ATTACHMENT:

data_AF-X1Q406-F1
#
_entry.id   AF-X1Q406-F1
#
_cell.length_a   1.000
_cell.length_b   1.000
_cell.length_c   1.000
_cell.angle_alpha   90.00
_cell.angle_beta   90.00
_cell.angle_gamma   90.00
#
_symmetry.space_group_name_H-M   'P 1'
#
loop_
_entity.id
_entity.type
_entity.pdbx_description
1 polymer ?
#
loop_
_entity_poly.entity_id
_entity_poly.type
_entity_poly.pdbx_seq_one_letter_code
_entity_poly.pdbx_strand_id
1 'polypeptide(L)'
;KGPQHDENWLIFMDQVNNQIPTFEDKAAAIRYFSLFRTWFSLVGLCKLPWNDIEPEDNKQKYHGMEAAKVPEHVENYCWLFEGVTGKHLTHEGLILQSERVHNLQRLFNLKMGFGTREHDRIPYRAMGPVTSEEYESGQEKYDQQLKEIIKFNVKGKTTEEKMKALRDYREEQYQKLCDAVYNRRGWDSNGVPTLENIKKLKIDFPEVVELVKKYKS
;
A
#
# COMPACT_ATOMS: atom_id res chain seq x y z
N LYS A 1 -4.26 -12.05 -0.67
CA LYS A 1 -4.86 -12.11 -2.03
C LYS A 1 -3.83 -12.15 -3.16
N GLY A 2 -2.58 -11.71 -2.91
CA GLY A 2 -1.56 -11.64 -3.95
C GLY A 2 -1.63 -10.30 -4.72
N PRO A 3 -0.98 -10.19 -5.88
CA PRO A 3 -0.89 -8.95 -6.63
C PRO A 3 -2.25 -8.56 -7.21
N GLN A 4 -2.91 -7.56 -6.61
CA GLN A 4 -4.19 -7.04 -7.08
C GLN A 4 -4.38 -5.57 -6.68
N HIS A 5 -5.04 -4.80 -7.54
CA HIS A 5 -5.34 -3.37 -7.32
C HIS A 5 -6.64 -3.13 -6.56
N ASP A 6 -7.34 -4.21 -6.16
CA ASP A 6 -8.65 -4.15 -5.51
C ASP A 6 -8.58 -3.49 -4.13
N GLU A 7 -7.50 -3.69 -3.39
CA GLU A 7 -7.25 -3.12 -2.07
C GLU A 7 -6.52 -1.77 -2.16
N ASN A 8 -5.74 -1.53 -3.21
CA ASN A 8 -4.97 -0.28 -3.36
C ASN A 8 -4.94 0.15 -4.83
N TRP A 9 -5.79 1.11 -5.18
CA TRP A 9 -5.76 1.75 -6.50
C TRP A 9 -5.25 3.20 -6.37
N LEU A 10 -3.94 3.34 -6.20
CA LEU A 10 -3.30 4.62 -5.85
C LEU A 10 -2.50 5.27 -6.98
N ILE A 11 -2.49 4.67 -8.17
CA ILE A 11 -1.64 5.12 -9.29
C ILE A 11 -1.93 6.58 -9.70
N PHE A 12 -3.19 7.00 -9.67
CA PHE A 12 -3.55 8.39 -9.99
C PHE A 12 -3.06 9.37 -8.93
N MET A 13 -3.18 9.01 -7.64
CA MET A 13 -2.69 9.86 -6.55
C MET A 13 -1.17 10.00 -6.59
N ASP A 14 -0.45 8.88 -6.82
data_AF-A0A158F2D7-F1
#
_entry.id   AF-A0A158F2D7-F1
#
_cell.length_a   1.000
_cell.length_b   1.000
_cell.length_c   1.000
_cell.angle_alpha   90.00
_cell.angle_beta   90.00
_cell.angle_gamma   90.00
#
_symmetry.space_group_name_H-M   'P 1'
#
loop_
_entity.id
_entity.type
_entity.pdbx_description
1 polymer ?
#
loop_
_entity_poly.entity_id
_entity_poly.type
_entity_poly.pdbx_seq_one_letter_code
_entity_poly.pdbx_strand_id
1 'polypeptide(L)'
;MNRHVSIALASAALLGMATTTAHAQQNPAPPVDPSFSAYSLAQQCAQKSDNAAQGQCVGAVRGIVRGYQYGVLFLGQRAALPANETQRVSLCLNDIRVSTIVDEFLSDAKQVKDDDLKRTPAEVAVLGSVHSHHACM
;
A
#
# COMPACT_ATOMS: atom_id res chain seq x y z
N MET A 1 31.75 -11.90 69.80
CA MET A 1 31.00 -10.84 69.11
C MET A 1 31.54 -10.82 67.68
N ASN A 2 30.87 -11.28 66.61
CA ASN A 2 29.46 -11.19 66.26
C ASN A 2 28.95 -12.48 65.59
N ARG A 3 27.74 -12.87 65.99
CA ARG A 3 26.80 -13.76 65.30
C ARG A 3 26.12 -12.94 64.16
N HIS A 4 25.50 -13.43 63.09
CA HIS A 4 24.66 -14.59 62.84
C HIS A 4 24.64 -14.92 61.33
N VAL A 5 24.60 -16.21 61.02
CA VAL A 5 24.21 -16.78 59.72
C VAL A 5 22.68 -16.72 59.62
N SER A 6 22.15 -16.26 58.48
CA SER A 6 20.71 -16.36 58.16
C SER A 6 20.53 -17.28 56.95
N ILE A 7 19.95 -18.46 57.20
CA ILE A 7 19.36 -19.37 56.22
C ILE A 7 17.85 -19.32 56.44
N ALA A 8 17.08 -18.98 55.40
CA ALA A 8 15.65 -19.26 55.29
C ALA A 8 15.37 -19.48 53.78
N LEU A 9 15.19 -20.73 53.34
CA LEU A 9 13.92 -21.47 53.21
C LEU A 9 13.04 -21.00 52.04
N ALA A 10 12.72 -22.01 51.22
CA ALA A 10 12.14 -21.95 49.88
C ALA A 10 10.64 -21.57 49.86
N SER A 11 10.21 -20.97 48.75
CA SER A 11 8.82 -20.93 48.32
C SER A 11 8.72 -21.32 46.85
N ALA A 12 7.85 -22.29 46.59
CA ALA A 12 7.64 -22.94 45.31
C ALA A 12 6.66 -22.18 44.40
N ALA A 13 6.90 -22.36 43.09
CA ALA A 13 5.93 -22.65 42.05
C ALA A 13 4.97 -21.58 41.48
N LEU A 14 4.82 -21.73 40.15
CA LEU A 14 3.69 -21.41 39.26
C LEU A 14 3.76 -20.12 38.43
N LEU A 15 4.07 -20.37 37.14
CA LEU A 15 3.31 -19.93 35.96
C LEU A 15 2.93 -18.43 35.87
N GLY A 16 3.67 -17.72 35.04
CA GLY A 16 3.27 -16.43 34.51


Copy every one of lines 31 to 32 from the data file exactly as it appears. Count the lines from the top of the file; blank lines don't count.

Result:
N LYS A 1 -4.26 -12.05 -0.67
CA LYS A 1 -4.86 -12.11 -2.03